Lena Blackburne rubbing mud a secret of the game
Turns out, baseball has its own unsolvable puzzle: The source location of baseball’s “magic mud.”
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When he passed away in 1968 at the age of 81, with the knowledge that every baseball put into play from March to October is rubbed down with Lena Blackburne Baseball Rubbing Mud, the first paragraph of his New York Times obituary referenced his late-in-life role in the game: “… originated the idea of rubbing mud on new baseballs to remove their slippery finish …”
After taking loads of the New Jersey mud home, usually between fall and spring, Blackburne would filter it, then add a special something that would make it non-staining and smooth as cold cream. The concoction seemed to contain a superfine grit that could scuff a baseball’s cover evenly with the mud nearly invisibly.
Bill Kinnamon, an American League umpire during the 1960s, once said: “There’s something about this mud. I don’t know how to explain it. It takes the shine off without getting the ball excessively dark.”
According to Blackburne, working the mud through a sieve “takes out any stones. They would wreck a ball. Of course, umps never let any of this mud get into the stitches of a ball. The balance would be ruined, and pitchers would make the ball perform the aerobatics of a horsefly under a lampshade.”
After Blackburne passed away, his mud business, along with all its secrets, was willed to childhood friend John Haas, who had helped out with Blackburne’s affairs.
“Mr. Blackburne made me promise that I would never give away to outsiders the secret of the source of the mud,” Haas said. “He also made me promise that, since he had no children of his own, I would see to it that the business was handed down through the family.”
In relatively short order, Haas passed it down to his son-in-law, Burns Bintliff.
“He (Haas) picked me because I was his son-on-law and also because he knew I’d played semipro baseball as a young man on the Burlington County team and had remained a committed baseball bug,” said Burns Bintliff. “It’s better than tobacco juice and far superior to everyday mud. Mud from the Delaware River tributary contains an ultra-fine abrasive that strips off the factory gloss but doesn’t damage the cover, and it doesn’t discolor the ball.”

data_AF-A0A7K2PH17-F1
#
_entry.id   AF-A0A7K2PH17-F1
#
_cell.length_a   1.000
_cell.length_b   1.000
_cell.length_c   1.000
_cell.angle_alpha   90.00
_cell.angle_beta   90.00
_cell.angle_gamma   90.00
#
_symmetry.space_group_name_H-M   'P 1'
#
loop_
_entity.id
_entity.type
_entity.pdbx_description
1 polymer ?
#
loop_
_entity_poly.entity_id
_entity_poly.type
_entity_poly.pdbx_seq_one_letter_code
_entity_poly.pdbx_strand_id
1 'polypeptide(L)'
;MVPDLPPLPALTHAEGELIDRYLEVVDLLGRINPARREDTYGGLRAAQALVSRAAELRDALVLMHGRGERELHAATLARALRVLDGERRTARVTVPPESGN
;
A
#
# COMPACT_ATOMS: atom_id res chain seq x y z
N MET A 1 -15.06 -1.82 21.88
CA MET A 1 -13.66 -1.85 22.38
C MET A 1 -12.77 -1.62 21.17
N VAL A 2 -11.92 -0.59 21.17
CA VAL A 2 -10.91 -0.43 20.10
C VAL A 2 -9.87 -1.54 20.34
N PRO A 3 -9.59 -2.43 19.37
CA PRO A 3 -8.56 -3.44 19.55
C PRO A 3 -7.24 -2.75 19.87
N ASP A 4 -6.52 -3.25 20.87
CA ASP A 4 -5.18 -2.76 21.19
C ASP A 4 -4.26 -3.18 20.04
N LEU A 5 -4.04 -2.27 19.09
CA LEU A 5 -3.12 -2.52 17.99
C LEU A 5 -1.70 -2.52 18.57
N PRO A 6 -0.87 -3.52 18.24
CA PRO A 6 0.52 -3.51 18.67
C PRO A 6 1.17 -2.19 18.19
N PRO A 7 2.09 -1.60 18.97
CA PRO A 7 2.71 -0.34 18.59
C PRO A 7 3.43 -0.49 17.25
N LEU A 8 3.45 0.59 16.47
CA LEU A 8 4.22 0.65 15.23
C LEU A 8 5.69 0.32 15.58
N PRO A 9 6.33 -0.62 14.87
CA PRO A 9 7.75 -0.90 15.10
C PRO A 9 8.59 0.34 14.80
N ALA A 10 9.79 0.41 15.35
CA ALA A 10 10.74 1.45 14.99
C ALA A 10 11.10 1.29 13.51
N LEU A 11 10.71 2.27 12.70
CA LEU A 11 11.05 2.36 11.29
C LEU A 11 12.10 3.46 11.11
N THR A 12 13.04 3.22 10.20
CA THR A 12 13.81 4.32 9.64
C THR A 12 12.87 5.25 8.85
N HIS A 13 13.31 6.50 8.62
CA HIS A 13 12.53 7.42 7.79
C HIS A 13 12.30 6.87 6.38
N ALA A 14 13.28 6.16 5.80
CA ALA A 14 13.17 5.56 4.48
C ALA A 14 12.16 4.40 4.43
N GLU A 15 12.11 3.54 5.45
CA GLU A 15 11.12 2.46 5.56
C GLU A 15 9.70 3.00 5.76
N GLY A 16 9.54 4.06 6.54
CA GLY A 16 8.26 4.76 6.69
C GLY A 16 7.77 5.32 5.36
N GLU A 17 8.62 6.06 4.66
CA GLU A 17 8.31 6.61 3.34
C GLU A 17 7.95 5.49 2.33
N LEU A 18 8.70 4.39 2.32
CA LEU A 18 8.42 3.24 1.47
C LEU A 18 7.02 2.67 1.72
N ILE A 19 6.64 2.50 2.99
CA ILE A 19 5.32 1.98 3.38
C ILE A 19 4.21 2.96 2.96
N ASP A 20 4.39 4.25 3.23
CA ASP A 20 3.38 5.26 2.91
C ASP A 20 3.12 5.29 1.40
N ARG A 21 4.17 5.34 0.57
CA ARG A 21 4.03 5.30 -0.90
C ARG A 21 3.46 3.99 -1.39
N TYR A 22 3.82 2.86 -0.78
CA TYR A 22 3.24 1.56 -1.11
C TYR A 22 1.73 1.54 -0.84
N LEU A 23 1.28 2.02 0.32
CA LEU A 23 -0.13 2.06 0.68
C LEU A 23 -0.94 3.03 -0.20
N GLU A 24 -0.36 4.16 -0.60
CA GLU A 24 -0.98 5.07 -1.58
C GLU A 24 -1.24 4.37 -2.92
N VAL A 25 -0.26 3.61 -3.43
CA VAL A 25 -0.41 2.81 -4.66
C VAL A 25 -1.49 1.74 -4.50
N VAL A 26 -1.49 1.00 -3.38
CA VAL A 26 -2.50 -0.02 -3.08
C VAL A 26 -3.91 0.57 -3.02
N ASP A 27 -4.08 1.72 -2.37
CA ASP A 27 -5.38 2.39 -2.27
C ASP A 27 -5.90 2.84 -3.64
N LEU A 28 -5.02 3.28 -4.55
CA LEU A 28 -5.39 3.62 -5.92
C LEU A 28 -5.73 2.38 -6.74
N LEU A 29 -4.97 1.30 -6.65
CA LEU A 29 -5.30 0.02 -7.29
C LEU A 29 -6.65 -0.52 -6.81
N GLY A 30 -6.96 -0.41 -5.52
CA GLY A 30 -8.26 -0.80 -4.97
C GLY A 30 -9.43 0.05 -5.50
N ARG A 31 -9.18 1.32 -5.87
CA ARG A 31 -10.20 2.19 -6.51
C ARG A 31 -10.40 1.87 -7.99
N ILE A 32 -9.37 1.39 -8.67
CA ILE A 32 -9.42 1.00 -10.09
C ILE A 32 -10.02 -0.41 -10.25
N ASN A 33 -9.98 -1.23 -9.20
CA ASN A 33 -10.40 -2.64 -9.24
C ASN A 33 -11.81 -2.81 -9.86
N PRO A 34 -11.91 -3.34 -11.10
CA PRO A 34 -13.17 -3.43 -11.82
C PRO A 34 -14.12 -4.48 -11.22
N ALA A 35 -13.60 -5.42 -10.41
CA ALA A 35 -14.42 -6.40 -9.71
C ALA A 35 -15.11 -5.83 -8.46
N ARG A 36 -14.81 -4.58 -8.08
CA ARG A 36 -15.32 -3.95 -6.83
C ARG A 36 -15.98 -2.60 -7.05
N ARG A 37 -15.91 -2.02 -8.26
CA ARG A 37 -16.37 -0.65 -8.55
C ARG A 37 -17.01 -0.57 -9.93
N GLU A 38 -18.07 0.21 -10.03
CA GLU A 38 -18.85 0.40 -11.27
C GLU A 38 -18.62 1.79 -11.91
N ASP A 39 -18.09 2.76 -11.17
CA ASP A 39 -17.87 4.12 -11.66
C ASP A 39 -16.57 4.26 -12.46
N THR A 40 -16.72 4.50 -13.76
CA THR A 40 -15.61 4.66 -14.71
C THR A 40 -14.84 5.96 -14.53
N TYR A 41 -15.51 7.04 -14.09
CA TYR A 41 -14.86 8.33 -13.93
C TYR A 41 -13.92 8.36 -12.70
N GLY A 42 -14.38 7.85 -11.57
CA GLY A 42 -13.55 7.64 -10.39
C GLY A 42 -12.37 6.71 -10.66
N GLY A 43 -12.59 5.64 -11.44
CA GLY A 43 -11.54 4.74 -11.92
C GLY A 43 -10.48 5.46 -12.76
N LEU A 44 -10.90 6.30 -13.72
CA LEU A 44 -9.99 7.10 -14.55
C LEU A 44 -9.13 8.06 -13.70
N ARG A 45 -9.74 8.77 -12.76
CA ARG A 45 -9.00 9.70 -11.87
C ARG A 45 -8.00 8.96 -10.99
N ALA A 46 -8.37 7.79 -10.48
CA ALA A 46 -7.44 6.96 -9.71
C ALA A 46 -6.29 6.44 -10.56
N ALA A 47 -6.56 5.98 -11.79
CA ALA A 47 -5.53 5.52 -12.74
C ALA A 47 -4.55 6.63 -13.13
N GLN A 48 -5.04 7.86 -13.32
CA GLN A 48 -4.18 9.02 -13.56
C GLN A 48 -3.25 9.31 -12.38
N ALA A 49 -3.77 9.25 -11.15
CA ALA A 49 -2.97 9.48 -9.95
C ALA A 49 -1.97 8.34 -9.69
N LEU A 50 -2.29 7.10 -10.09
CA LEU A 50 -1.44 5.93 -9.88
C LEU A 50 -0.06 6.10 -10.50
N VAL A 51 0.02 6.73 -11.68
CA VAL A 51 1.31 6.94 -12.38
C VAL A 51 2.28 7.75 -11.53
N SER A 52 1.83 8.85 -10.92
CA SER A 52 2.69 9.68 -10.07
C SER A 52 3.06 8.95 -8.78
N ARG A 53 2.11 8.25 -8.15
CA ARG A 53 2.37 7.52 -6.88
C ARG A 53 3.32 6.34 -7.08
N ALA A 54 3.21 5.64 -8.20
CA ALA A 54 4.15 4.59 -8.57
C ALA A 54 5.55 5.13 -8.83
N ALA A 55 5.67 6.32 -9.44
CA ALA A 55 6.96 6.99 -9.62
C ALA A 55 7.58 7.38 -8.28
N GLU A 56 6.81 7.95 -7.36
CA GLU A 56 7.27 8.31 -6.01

Burns Bintliff would later admit the source of the baseball’s dirtiest secret was somewhere in the south of New Jersey.
“Everybody has their own idea where it comes from. Everybody thinks it’s the Delaware River, but it isn’t,” he said. “I’ll tell you this: Where it comes from is covered at high tide and uncovered at low tide. Other than that, it’s none of your business. That’s my standard response.”
In 1982, a scientific analysis of the rubbing mud conducted at The New York Times’ request found that more than 90 percent of it was finely ground quartz, probably crushed by ice that covered New Jersey during the Pleistocene Epoch more than 10,000 years ago.
“The surprise is that there is very little clay in it, so it would be terrible for a potter to use,” said Dr. Kenneth S. Deffeyes, professor of geology at Princeton University. “The overwhelming mineral in there is quartz, just like sand only finer. It is more than 90 percent quartz in a range of sizes with sharp edges.”
Burns Bintliff would ship his topnotch mud in coffee cans his friends and neighbors would leave on his porch. A one-pound coffee can could hold three pounds of mud and last a whole season.
“I don’t make much money from this,” Burns Bintliff said. “But my raw material costs me nothing and the supply will last forever.
“I wish I could raise my prices in proportion to what the ballplayers get in salaries. But the traffic wouldn’t bear it. I’m in this for the thrill,” he added. “I watch baseball on TV. Can you imagine how I feel knowing I’ve had something to do with every pitch at every single ballpark?”
What money the Bintliff’s did receive from their mud business went toward an annual getaway.
“It gives us enough to pay for the family vacation every year – and it’s always the same vacation,” said Burns Bintliff. “My wife, Betty, who’s the executive vice president and accountant of the business – she handles all the paperwork – and I go up to Cooperstown, New York, home of the Baseball Hall of Fame.”
A can of Lena Blackburne Baseball Rubbing Mud was donated to the Baseball Hall of Fame in 1968 and was part of the Museum’s Evolution of Equipment exhibit for many years.
Bill Francis is the senior research and writing associate at the National Baseball Hall of Fame and Museum